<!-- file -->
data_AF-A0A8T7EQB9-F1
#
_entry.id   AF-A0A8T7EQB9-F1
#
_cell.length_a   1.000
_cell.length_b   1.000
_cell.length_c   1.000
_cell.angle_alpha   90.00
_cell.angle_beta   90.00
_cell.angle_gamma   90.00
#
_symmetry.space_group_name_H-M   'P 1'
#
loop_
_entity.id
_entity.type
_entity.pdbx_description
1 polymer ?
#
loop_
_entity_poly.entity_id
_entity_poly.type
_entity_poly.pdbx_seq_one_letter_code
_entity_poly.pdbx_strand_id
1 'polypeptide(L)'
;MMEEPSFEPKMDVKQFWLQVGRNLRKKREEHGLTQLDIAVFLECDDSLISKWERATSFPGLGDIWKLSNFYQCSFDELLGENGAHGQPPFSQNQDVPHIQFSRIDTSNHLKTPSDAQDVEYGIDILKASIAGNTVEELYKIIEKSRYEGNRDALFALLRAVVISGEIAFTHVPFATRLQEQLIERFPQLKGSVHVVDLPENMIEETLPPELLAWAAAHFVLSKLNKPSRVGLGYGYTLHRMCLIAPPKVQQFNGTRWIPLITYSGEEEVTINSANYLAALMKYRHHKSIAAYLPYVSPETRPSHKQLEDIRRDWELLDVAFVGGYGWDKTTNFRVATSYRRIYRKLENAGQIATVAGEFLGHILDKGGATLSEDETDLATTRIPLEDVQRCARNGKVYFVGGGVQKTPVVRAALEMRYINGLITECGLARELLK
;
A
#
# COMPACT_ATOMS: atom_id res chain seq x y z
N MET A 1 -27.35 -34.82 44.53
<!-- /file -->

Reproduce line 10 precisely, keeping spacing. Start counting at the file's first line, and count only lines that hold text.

_cell.angle_gamma   90.00